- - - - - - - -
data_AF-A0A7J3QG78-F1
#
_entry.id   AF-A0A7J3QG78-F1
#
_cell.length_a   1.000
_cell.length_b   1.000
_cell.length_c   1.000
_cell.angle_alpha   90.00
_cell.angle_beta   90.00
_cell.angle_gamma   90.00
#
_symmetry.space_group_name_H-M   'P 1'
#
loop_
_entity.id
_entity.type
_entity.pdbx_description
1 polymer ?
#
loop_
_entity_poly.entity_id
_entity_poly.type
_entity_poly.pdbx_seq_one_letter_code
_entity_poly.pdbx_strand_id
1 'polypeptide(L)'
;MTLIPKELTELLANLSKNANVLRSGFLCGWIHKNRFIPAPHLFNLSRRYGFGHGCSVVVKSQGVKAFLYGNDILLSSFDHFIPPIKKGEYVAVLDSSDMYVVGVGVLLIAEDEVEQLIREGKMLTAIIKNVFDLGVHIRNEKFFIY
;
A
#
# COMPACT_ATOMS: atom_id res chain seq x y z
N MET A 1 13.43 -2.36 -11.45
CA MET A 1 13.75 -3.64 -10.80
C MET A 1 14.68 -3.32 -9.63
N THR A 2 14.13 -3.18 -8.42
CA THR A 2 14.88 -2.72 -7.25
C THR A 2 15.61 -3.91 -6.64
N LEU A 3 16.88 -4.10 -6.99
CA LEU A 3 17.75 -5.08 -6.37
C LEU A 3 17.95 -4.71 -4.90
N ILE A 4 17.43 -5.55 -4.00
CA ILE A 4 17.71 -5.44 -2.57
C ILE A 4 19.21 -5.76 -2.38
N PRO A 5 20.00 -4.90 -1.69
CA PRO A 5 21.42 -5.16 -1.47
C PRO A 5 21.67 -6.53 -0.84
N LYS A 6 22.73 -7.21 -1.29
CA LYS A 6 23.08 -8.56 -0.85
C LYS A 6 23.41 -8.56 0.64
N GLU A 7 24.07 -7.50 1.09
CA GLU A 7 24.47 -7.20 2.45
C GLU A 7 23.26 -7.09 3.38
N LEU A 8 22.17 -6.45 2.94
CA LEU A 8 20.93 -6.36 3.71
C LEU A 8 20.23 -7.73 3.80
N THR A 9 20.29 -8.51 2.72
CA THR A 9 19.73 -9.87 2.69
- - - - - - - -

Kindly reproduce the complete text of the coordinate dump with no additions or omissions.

data_AF-A0A7J3QG78-F1
#
_entry.id   AF-A0A7J3QG78-F1
#
_cell.length_a   1.000
_cell.length_b   1.000
_cell.length_c   1.000
_cell.angle_alpha   90.00
_cell.angle_beta   90.00
_cell.angle_gamma   90.00
#
_symmetry.space_group_name_H-M   'P 1'
#
loop_
_entity.id
_entity.type
_entity.pdbx_description
1 polymer ?
#
loop_
_entity_poly.entity_id
_entity_poly.type
_entity_poly.pdbx_seq_one_letter_code
_entity_poly.pdbx_strand_id
1 'polypeptide(L)'
;MTLIPKELTELLANLSKNANVLRSGFLCGWIHKNRFIPAPHLFNLSRRYGFGHGCSVVVKSQGVKAFLYGNDILLSSFDHFIPPIKKGEYVAVLDSSDMYVVGVGVLLIAEDEVEQLIREGKMLTAIIKNVFDLGVHIRNEKFFIY
;
A
#
# COMPACT_ATOMS: atom_id res chain seq x y z
N MET A 1 13.43 -2.36 -11.45
CA MET A 1 13.75 -3.64 -10.80
C MET A 1 14.68 -3.32 -9.63
N THR A 2 14.13 -3.18 -8.42
CA THR A 2 14.88 -2.72 -7.25
C THR A 2 15.61 -3.91 -6.64
N LEU A 3 16.88 -4.10 -6.99
CA LEU A 3 17.75 -5.08 -6.37
C LEU A 3 17.95 -4.71 -4.90
N ILE A 4 17.43 -5.55 -4.00
CA ILE A 4 17.71 -5.44 -2.57
C ILE A 4 19.21 -5.76 -2.38
N PRO A 5 20.00 -4.90 -1.69
CA PRO A 5 21.42 -5.16 -1.47
C PRO A 5 21.67 -6.53 -0.84
N LYS A 6 22.73 -7.21 -1.29
CA LYS A 6 23.08 -8.56 -0.85
C LYS A 6 23.41 -8.56 0.64
N GLU A 7 24.07 -7.50 1.09
CA GLU A 7 24.47 -7.20 2.45
C GLU A 7 23.26 -7.09 3.38
N LEU A 8 22.17 -6.45 2.94
CA LEU A 8 20.93 -6.36 3.71
C LEU A 8 20.23 -7.73 3.80
N THR A 9 20.29 -8.51 2.72
CA THR A 9 19.73 -9.87 2.69